The Best German City Breaks.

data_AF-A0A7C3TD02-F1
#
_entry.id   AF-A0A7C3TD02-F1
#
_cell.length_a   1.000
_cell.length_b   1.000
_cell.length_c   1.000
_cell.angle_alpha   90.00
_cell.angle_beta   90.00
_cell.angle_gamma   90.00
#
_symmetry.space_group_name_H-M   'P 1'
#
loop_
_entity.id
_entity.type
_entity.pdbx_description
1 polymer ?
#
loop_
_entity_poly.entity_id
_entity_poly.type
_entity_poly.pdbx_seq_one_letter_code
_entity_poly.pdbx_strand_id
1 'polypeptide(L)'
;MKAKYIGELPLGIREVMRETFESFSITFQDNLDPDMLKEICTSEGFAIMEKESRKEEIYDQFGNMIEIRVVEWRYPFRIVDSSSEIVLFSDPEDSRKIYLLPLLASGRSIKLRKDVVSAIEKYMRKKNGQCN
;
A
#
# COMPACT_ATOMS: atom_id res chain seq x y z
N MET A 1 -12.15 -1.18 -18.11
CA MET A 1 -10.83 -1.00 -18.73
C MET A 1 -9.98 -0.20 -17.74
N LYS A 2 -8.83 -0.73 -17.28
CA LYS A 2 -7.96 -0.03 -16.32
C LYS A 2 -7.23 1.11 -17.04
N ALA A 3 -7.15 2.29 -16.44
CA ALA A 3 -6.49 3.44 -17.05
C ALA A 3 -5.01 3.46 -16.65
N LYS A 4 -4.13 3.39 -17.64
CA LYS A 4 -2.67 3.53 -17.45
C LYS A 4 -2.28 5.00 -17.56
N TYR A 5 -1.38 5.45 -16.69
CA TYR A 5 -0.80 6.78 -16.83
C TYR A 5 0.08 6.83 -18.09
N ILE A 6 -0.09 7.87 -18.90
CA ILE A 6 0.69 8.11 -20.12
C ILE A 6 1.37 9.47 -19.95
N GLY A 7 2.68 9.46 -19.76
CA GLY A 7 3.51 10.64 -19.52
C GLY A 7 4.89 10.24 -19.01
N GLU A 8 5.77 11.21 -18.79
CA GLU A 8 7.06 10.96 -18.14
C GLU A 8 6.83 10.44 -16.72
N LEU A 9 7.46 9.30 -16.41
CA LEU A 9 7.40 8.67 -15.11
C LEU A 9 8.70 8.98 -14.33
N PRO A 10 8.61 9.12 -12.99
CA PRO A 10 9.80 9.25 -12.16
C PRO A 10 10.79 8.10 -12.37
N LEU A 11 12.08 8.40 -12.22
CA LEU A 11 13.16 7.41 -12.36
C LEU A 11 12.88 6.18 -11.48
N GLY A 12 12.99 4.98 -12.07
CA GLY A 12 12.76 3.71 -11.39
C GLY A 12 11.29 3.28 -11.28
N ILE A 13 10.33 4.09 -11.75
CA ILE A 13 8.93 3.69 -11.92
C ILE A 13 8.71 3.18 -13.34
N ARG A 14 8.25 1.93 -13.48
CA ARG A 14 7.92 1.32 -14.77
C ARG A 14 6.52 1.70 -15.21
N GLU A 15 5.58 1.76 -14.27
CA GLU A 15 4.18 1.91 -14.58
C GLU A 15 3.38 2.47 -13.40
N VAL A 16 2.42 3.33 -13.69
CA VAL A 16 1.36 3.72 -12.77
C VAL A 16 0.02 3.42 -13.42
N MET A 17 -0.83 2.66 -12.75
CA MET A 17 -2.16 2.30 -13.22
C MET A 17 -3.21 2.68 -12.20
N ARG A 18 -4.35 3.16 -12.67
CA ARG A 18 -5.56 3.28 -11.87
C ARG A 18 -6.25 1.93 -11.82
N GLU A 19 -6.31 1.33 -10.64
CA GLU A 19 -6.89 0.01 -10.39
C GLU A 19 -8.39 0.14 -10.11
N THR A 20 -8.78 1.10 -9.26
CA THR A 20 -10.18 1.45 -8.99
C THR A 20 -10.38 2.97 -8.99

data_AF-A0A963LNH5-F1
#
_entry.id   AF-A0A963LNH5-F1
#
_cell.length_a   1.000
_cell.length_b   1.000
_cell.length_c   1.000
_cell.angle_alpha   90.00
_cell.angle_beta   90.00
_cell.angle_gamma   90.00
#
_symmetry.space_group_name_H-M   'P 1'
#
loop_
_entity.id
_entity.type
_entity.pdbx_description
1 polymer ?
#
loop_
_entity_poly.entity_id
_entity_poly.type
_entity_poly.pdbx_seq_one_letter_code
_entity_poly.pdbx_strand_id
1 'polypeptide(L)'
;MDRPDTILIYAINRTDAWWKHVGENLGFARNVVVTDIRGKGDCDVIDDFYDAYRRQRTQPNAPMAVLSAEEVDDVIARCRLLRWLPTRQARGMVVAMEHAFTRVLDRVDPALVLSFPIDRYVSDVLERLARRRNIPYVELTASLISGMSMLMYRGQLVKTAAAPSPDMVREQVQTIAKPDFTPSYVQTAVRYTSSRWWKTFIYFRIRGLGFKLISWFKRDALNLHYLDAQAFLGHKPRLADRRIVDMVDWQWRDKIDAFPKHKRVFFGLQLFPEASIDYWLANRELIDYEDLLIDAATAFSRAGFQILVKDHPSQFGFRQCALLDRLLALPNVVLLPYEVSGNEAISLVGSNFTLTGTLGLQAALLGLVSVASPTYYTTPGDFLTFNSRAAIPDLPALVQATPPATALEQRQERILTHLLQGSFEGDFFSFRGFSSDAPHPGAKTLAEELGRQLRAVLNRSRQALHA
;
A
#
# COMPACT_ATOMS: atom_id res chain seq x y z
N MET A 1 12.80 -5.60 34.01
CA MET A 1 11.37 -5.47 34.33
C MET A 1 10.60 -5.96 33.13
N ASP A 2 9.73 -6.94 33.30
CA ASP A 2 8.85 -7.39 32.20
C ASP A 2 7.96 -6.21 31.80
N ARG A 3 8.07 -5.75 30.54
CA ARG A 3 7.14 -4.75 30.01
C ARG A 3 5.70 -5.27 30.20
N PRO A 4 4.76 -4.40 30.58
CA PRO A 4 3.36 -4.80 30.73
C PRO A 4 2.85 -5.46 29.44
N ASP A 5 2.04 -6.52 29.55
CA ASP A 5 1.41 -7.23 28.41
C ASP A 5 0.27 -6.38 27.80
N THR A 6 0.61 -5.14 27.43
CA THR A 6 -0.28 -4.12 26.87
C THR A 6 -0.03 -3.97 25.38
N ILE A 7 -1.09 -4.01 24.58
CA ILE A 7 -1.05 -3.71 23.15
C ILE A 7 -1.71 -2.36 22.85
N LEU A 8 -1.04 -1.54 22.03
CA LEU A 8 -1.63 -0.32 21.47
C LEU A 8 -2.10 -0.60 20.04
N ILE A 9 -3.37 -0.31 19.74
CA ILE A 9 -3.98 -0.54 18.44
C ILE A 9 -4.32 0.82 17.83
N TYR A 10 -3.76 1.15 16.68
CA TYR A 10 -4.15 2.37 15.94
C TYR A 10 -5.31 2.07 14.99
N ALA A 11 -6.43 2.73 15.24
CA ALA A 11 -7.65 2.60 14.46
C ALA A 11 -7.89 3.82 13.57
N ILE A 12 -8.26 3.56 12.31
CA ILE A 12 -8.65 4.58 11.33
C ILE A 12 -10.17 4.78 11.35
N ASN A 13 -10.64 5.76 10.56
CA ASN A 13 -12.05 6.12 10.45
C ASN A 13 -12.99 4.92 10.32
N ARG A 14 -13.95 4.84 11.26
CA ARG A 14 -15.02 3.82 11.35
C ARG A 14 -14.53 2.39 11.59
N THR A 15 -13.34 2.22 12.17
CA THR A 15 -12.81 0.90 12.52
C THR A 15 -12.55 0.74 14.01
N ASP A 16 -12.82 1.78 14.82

Moving away from the highly popular touristy cities seems to be an essential trend in the travel industry, and it makes sense given the high visitor volume that descends on western Europe even during the winter months. This article suggests some of the other famous less travelled German cities. We begin with Augsburg. It is a city in Swabia, Bavaria, Germany, and was a Free Imperial City for over 500 years, and notable for the Augsburg Confession. It is a university town and the third-largest city in Bavaria, after Munich and Nuremberg, with a population of 286,000. Augsburg is Germany’s third oldest city, being founded by the Romans as Augusta Vindelicorum, named after the Roman emperor Augustus. Augsburg lies at the convergence of the Alpine rivers Lech and Wertach and on the Singold. The oldest part of the city and the southern quarters are on the northern foothills of a high terrace, which emerged between the steep rim of the hills of Friedberg in the east and the upper elevations of the west. In the south extends the Lechfeld, an Outwash plain of rare primaeval landscapes. The Augsburg city forest and the Lech valley heaths today rank among the most species-rich middle European habitats, with the vast forestland of the Augsburg Western Woods. The city itself is also heavily greened. As a result, in 1997 Augsburg was the first German city to win the Europe-wide contest Entente Florale for Europe’s greenest and most livable city. Credit: Wikipedia.
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